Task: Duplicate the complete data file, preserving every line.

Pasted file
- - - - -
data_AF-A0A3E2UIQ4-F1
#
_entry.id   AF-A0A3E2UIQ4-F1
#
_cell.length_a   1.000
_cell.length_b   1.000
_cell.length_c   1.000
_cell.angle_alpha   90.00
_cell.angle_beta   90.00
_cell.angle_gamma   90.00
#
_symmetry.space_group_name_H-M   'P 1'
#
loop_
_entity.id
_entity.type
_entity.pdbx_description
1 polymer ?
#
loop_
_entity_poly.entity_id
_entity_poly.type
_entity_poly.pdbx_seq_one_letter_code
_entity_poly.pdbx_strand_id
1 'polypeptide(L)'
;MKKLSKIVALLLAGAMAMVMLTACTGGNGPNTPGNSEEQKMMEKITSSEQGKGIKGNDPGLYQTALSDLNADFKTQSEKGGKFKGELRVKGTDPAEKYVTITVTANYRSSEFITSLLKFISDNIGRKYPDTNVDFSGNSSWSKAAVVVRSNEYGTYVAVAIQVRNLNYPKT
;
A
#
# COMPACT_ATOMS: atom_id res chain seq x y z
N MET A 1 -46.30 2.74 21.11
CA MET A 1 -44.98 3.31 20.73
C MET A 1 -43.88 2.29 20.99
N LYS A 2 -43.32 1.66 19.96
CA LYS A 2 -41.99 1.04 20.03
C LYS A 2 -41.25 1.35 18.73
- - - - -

data_AF-A0A3E2UIQ4-F1
#
_entry.id   AF-A0A3E2UIQ4-F1
#
_cell.length_a   1.000
_cell.length_b   1.000
_cell.length_c   1.000
_cell.angle_alpha   90.00
_cell.angle_beta   90.00
_cell.angle_gamma   90.00
#
_symmetry.space_group_name_H-M   'P 1'
#
loop_
_entity.id
_entity.type
_entity.pdbx_description
1 polymer ?
#
loop_
_entity_poly.entity_id
_entity_poly.type
_entity_poly.pdbx_seq_one_letter_code
_entity_poly.pdbx_strand_id
1 'polypeptide(L)'
;MKKLSKIVALLLAGAMAMVMLTACTGGNGPNTPGNSEEQKMMEKITSSEQGKGIKGNDPGLYQTALSDLNADFKTQSEKGGKFKGELRVKGTDPAEKYVTITVTANYRSSEFITSLLKFISDNIGRKYPDTNVDFSGNSSWSKAAVVVRSNEYGTYVAVAIQVRNLNYPKT
;
A
#
# COMPACT_ATOMS: atom_id res chain seq x y z
N MET A 1 -46.30 2.74 21.11
CA MET A 1 -44.98 3.31 20.73
C MET A 1 -43.88 2.29 20.99
N LYS A 2 -43.32 1.66 19.96
CA LYS A 2 -41.99 1.04 20.03
C LYS A 2 -41.25 1.35 18.73